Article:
“Money laundering” in its classic definition, is the result of activities with property and capital deriving from criminal activity, that is camouflaged and inserted into the monetary economic system, and making it apparently “legal”.
A person wishing to launder money does it in order to conceal the source of the property or the identity of its owners, with the aim of making an apparent break in the connection between this money and the illegal activities by which it was obtained.
Technological advances in financial systems worldwide, and the ease with which money is transferred in international markets, have also made it easier for anybody trying to launder money. In this way, money obtained in criminal activity such as dealing in drugs the trafficking of human beings, illegal running of gambling etc. may make its way to bank accounts spread throughout the world.
Money laundering methods are almost identical and are carried out in two stages:
1. Depositing money (generally cash) in a bank account while camouflaging its source and the identity of its owners.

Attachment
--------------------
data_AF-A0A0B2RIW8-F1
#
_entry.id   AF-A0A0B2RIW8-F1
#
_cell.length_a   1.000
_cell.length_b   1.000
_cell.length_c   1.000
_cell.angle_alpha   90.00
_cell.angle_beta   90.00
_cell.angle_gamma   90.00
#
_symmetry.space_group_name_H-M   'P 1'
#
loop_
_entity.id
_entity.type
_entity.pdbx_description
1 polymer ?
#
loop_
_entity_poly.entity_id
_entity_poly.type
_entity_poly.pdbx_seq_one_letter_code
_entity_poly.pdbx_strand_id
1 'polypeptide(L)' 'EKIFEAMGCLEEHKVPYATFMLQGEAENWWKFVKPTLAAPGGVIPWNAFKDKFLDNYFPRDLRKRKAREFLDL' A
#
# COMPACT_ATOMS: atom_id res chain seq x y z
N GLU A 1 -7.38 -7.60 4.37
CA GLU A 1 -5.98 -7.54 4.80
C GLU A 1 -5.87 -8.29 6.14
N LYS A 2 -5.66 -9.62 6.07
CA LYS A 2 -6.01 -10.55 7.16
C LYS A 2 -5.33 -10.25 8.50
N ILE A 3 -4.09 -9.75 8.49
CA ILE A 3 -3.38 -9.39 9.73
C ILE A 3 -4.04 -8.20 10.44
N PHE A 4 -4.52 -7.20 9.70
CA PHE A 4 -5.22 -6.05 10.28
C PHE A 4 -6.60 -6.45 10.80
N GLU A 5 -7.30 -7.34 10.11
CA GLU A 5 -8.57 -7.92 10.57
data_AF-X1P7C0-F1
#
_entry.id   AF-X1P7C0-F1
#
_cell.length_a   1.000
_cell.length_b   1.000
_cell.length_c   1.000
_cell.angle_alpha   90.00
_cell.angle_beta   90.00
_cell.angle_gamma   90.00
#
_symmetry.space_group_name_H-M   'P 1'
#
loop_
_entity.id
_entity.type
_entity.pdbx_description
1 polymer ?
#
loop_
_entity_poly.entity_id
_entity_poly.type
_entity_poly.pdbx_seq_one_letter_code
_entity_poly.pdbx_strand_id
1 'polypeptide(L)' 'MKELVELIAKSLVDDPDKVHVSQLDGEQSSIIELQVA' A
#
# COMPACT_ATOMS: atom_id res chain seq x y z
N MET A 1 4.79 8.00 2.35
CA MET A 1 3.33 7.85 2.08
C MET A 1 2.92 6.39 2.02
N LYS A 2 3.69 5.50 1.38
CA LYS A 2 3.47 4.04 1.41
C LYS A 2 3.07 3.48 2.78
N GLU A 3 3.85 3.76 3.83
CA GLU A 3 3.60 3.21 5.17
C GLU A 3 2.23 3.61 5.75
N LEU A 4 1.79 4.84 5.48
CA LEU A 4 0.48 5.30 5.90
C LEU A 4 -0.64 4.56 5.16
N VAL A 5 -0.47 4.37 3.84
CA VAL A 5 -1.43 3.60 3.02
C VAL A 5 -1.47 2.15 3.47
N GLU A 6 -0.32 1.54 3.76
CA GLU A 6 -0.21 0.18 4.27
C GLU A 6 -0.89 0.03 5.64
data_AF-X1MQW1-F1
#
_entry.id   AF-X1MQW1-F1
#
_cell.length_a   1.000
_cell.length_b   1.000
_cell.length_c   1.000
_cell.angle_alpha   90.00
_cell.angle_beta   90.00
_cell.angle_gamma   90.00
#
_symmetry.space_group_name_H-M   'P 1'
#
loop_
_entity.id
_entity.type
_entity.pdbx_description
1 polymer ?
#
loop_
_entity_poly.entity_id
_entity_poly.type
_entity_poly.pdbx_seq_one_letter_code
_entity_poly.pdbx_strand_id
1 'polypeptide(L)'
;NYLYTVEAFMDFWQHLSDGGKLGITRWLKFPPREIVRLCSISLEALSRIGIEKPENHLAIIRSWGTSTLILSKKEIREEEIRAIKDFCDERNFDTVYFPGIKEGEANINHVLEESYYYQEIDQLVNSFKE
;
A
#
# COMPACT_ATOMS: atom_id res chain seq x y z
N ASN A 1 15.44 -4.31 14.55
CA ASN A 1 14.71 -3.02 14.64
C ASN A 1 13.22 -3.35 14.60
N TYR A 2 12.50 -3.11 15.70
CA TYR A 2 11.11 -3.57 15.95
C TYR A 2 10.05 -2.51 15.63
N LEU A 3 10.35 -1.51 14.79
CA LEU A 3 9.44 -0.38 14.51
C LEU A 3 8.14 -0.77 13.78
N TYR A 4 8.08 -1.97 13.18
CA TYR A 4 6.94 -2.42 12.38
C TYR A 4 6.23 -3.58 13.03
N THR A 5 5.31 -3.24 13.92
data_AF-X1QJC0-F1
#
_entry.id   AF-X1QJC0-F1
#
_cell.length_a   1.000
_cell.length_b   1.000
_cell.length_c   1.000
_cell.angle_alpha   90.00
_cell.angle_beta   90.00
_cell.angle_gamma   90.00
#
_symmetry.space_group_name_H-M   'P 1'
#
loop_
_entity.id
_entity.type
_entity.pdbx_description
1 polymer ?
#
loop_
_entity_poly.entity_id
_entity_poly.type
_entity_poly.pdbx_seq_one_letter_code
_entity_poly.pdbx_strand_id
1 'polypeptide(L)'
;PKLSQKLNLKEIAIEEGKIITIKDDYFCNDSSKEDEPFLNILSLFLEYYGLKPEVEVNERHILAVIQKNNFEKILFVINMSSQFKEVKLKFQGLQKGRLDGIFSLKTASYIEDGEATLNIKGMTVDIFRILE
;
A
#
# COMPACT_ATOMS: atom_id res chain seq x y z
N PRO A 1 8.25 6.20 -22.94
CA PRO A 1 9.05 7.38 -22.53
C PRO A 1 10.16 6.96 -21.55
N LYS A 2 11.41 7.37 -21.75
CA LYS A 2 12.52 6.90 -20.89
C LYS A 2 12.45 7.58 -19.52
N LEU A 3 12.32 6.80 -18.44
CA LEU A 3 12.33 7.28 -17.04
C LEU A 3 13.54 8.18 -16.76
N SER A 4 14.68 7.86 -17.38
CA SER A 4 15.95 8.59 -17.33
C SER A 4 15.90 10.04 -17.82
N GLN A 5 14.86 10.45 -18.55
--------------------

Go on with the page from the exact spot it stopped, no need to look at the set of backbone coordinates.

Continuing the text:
2. After that, “innocent” financial transactions are generally carried out: conversion of currency, acquiring financial assets, transfers to other banks, and transfers to other countries.
After the source of the money has been covered up, the money becomes “clean” and legitimate. It is integrated into the general system, does not arouse suspicion, and is permissible for further use.
Authorities fighting crime in countries such as the US and Canada, the UK, countries in Europe, Australia, Japan, and other countries, have reached the conclusion that blocking the possibility of criminals “laundering” and “cleaning up” their money, is an important measure in the struggle against terror organizations, drug offenders, and the various sorts of organized crime. In order to succeed in this, many countries around the world have agreed that international standards and legislation are required to allow for cooperation between governments, law enforcement agencies, and financial institutions
The first international treaty for cooperation against money laundering (the Financial Action Task Force (FATF) was signed at the end of the 80’s. By virtue of the treaty, an international task force was set up to coordinate cooperation on the subject. In recent years, Israel has also become a full member in the worldwide struggle against terror and money laundering.
There are many ways to conduct money laundering, and stopping them is not easy. In light of the risks inherent in money laundering, such as the undermining of the stability of political, economic, and social systems in democratic countries, and even the endangering of human life, it is of utmost importance to continue the struggle with this phenomenon with all the means available to us.
For further information on the various subjects in the area of money laundering prohibition, click on the following links: